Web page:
|Publication number||US5868662 A|
|Application number||US 08/876,223|
|Publication date||Feb 9, 1999|
|Filing date||Jun 16, 1997|
|Priority date||Jun 16, 1997|
|Publication number||08876223, 876223, US 5868662 A, US 5868662A, US-A-5868662, US5868662 A, US5868662A|
|Inventors||German Borodulin, Gary E. Leach, Alexander Shkolnik|
|Original Assignee||Advanced Urological Developments|
|Export Citation||BiBTeX, EndNote, RefMan|
|Patent Citations (3), Referenced by (27), Classifications (16), Legal Events (4)|
|External Links: USPTO, USPTO Assignment, Espacenet|
The present invention relates to the field of urology, particularly to a urological instrument for examination and treatment procedures performed on urethra and urinary bladder, such as transurethral prostatectomy, and the like. More specifically, the invention relates to a method for improving observation conditions in urethra and to a cystoscope for carrying out the method.
Prostatectomy is an operation of removal of benign tumor of the prostate gland. This operation can be carried out by different methods such as with the use of loops (resection of the tissue of the enlarged prostate gland is performed by means of a loop-like electrode), rollers, or laser (vaporization of the enlarged portion of the prostate gland by ablation, i.e., an increase of the temperature of the tissue up to more than 100° C.).
Prior to operation, the prostatic part of the urethra and the urinary bladder should be visually examined. The urinary bladder is observed by means of a cystoscope where the optical end of the cystoscope may be inclined at different acute angles to the axial direction of the instrument. On the other hand, the prostatic part of the urethra should be examined and the operation itself should be performed with the use of a resectoscope the optical end of which is arranged substantially at 90° to the axial direction of the instrument. Thus, two different instruments should be inserted into and/or through the urethra. It is known that each additional insertion of the instrument into the urethra increases the risk of complications.
It is also known that in prostatectomy the operation site is very narrow and obscured due to radially inwardly directed forces developed by the enlarged prostate which constricts the prostatic part of the urethra. Therefore the operation is difficult to perform, especially if bleeding in the operation site is present.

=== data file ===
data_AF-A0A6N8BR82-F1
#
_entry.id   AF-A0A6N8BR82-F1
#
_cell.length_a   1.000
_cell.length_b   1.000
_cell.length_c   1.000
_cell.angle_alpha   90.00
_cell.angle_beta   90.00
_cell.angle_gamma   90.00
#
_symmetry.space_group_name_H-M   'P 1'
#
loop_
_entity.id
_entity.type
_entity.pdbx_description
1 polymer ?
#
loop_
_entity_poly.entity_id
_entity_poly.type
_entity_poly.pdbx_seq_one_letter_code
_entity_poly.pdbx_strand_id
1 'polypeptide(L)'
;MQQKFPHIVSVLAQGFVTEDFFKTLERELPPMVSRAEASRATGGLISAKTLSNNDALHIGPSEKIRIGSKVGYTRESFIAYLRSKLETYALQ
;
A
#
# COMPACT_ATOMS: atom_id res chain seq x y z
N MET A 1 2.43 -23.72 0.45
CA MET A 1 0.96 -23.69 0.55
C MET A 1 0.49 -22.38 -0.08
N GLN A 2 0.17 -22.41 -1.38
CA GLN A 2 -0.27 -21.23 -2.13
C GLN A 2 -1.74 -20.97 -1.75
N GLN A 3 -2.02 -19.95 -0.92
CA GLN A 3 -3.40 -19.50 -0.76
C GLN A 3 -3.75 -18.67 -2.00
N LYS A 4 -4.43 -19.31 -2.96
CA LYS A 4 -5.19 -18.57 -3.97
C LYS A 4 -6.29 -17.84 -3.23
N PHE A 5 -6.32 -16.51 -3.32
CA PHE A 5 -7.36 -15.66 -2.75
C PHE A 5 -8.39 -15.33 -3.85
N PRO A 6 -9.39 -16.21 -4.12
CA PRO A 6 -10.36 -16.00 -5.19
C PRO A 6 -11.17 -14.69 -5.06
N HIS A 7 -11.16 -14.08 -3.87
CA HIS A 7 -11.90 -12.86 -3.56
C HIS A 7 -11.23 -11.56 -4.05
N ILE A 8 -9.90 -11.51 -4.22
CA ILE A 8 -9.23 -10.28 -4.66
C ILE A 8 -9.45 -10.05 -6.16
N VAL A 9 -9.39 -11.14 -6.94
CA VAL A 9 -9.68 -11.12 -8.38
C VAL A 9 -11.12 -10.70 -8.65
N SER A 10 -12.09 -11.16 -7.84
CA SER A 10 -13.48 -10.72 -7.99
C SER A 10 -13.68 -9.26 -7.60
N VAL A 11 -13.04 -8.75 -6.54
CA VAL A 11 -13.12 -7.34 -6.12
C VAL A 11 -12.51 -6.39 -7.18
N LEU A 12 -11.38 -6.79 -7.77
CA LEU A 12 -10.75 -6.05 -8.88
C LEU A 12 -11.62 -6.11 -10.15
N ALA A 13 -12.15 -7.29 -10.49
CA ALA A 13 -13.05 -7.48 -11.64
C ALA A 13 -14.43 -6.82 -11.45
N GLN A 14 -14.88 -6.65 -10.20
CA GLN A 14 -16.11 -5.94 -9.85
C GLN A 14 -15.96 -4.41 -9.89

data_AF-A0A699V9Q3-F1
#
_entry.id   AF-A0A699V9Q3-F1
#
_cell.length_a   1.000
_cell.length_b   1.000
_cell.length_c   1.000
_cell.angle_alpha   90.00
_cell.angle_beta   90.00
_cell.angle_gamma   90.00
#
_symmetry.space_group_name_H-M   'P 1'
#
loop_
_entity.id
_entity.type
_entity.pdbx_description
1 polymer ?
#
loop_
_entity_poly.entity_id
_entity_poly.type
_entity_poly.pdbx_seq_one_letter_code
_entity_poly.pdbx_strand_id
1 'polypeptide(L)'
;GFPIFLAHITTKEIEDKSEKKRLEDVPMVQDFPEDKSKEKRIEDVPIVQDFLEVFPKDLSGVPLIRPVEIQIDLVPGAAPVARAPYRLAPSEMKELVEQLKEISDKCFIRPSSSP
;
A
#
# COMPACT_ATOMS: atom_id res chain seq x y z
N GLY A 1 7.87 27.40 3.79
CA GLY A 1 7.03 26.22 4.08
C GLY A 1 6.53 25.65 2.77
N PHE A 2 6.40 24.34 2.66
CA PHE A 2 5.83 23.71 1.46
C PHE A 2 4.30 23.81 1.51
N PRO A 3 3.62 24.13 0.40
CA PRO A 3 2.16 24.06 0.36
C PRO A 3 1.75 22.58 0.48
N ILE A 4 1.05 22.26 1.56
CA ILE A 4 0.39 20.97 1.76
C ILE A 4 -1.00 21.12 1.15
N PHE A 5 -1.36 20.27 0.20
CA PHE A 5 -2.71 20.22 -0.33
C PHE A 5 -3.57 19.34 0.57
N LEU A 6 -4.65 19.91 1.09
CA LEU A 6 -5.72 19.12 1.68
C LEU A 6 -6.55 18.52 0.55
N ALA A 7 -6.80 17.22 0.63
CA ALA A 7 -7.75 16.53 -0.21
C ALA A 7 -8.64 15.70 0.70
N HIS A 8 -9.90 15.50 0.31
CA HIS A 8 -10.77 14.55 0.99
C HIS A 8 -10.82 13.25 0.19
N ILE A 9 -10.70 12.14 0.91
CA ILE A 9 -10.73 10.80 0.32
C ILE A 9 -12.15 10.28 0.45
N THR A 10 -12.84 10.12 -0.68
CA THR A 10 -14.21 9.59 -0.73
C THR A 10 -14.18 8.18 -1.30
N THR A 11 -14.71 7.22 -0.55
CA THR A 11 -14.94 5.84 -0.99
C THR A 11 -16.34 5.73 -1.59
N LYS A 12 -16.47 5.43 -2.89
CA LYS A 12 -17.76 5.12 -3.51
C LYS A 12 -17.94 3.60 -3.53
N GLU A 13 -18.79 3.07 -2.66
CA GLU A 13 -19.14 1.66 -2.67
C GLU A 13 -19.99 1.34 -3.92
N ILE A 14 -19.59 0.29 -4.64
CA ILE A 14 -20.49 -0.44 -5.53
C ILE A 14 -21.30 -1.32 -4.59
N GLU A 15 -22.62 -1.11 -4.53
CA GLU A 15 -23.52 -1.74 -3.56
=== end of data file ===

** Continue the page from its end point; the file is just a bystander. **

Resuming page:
It is an object of the present invention to provide a cystoscope with an inflatable balloon on its distal end for improving operation and observation conditions in the urethra. Another object of the invention is to provide a cystoscope convertable into resectoscope which allows observation of the urinary bladder and of the prostatic part of the urethra and which also allows to perform the prostatectomy itself with one insertion of the instrument into the patient's urethra. Still another object of the invention is to provide the instrument of the aforementioned type which is capable of moving the prostate lobes apart and thus of improving observation and operation conditions for prostatectomy.
FIG. 1 is a longitudinal sectional view of a cystoscope of the present invention with a disposable balloon.
FIG. 1a is a longitudinal sectional view of a cystoscope of the present invention with a disposable sheath together with the balloon.
FIG. 2 is a fragmental view of the distal end of the cystoscope of FIG. 1a after conversion into resectoscope.
FIG. 3 is a fragmental view of the distal portion of the cystoscope in accordance with another embodiment of the device of FIG. 1a in which a balloon portion is disposable and can be connected by screwing onto the outer tubular portion of the instrument.
FIG. 4 is a fragmental view of the distal portion of a modified cystoscope of FIG. 3 which is provided with an additional lock thread on the distal end of the tubular sheath.
A cystoscope of the invention comprises a main portion and a tubular sheath that carries on its distal end a balloon inflatable from the outer side of the cystoscope for spreading apart the prostate lobes in the prostatic part of the urethra and thus improving conditions for observation and operation on the prostate. The invention also provides a cystoscope convertable into a resectoscope which consists of a sheath and an outer sleeve slidingly guided over the sheath. On the outer side of its distal portion, the sliding outer sleeve carries an inflatable balloon which is connected to an air-feed tube located inside the sheath. The inner side of the outer sleeve is connected to an inner sleeve which slides inside the sheath. The distal end face of the sheath is inclined at an acute angle to accommodate the inclined optical portion of the cystoscope, whereas the distal end face of the inner sleeve is arranged substantially at 90° to the longitudinal direction of the instrument to define the resectoscopic end of the instrument. Thus, the instrument is inserted once and can be used both for observation and operation by shifting the inner sleeve forward or backward and replacing the optical system, thus converting the instrument into a resectoscope or a cystoscope. At the same, time, by supplying air into the balloon via the air-feed tube, which also functions as a pusher for the sliding part of the instrument, it is possible to inflate the balloon and thus to move the prostate lobes apart and to improve observation conditions in the operation site.
The invention will be now described in detail with reference to the accompanying drawings
wherein FIG. 1 is a longitudinal sectional view of a cystoscope of the invention which is equipped with a disposable inflatable balloon.